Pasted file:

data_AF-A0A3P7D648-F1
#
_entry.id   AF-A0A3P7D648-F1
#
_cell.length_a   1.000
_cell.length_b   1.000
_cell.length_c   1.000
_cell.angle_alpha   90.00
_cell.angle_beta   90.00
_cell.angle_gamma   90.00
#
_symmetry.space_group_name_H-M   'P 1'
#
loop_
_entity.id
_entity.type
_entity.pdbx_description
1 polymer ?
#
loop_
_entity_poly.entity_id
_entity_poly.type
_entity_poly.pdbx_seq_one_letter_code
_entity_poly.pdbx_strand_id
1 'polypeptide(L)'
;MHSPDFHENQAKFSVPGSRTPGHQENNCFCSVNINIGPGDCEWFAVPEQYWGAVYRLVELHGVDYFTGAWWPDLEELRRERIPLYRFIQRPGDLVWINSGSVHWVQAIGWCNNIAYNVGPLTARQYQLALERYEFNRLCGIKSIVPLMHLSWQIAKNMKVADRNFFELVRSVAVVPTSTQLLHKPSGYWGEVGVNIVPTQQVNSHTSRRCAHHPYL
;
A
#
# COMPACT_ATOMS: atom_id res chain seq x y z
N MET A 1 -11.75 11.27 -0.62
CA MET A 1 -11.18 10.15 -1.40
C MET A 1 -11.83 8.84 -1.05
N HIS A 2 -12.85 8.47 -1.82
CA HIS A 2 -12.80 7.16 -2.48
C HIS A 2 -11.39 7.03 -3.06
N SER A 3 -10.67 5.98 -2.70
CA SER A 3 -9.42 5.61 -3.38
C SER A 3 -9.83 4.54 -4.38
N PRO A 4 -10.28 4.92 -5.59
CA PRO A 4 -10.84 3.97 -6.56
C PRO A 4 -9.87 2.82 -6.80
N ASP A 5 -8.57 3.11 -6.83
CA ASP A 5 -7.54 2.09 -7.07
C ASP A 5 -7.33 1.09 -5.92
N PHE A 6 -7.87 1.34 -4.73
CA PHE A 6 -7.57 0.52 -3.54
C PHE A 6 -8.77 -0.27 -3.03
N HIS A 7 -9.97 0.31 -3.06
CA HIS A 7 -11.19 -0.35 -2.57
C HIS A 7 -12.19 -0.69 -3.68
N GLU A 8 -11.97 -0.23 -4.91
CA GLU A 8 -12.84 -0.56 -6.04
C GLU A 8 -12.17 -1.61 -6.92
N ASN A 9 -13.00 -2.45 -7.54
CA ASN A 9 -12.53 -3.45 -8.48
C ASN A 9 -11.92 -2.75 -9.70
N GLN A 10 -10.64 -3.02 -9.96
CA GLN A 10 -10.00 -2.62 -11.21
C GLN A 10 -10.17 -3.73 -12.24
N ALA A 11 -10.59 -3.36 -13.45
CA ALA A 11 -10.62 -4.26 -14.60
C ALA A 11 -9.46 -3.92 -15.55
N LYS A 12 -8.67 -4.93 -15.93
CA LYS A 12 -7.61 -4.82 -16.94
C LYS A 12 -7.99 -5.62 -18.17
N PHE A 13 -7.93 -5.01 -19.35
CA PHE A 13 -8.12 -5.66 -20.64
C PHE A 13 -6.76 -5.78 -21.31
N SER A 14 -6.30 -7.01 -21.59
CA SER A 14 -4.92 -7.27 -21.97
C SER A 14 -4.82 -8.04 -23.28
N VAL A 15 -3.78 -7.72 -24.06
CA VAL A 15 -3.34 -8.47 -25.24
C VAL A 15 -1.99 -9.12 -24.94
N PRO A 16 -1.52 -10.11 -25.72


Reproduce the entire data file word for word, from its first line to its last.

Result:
data_AF-A0A3P7D648-F1
#
_entry.id   AF-A0A3P7D648-F1
#
_cell.length_a   1.000
_cell.length_b   1.000
_cell.length_c   1.000
_cell.angle_alpha   90.00
_cell.angle_beta   90.00
_cell.angle_gamma   90.00
#
_symmetry.space_group_name_H-M   'P 1'
#
loop_
_entity.id
_entity.type
_entity.pdbx_description
1 polymer ?
#
loop_
_entity_poly.entity_id
_entity_poly.type
_entity_poly.pdbx_seq_one_letter_code
_entity_poly.pdbx_strand_id
1 'polypeptide(L)'
;MHSPDFHENQAKFSVPGSRTPGHQENNCFCSVNINIGPGDCEWFAVPEQYWGAVYRLVELHGVDYFTGAWWPDLEELRRERIPLYRFIQRPGDLVWINSGSVHWVQAIGWCNNIAYNVGPLTARQYQLALERYEFNRLCGIKSIVPLMHLSWQIAKNMKVADRNFFELVRSVAVVPTSTQLLHKPSGYWGEVGVNIVPTQQVNSHTSRRCAHHPYL
;
A
#
# COMPACT_ATOMS: atom_id res chain seq x y z
N MET A 1 -11.75 11.27 -0.62
CA MET A 1 -11.18 10.15 -1.40
C MET A 1 -11.83 8.84 -1.05
N HIS A 2 -12.85 8.47 -1.82
CA HIS A 2 -12.80 7.16 -2.48
C HIS A 2 -11.39 7.03 -3.06
N SER A 3 -10.67 5.98 -2.70
CA SER A 3 -9.42 5.61 -3.38
C SER A 3 -9.83 4.54 -4.38
N PRO A 4 -10.28 4.92 -5.59
CA PRO A 4 -10.84 3.97 -6.56
C PRO A 4 -9.87 2.82 -6.80
N ASP A 5 -8.57 3.11 -6.83
CA ASP A 5 -7.54 2.09 -7.07
C ASP A 5 -7.33 1.09 -5.92
N PHE A 6 -7.87 1.34 -4.73
CA PHE A 6 -7.57 0.52 -3.54
C PHE A 6 -8.77 -0.27 -3.03
N HIS A 7 -9.97 0.31 -3.06
CA HIS A 7 -11.19 -0.35 -2.57
C HIS A 7 -12.19 -0.69 -3.68
N GLU A 8 -11.97 -0.23 -4.91
CA GLU A 8 -12.84 -0.56 -6.04
C GLU A 8 -12.17 -1.61 -6.92
N ASN A 9 -13.00 -2.45 -7.54
CA ASN A 9 -12.53 -3.45 -8.48
C ASN A 9 -11.92 -2.75 -9.70
N GLN A 10 -10.64 -3.02 -9.96
CA GLN A 10 -10.00 -2.62 -11.21
C GLN A 10 -10.17 -3.73 -12.24
N ALA A 11 -10.59 -3.36 -13.45
CA ALA A 11 -10.62 -4.26 -14.60
C ALA A 11 -9.46 -3.92 -15.55
N LYS A 12 -8.67 -4.93 -15.93
CA LYS A 12 -7.61 -4.82 -16.94
C LYS A 12 -7.99 -5.62 -18.17
N PHE A 13 -7.93 -5.01 -19.35
CA PHE A 13 -8.12 -5.66 -20.64
C PHE A 13 -6.76 -5.78 -21.31
N SER A 14 -6.30 -7.01 -21.59
CA SER A 14 -4.92 -7.27 -21.97
C SER A 14 -4.82 -8.04 -23.28
N VAL A 15 -3.78 -7.72 -24.06
CA VAL A 15 -3.34 -8.47 -25.24
C VAL A 15 -1.99 -9.12 -24.94
N PRO A 16 -1.52 -10.11 -25.72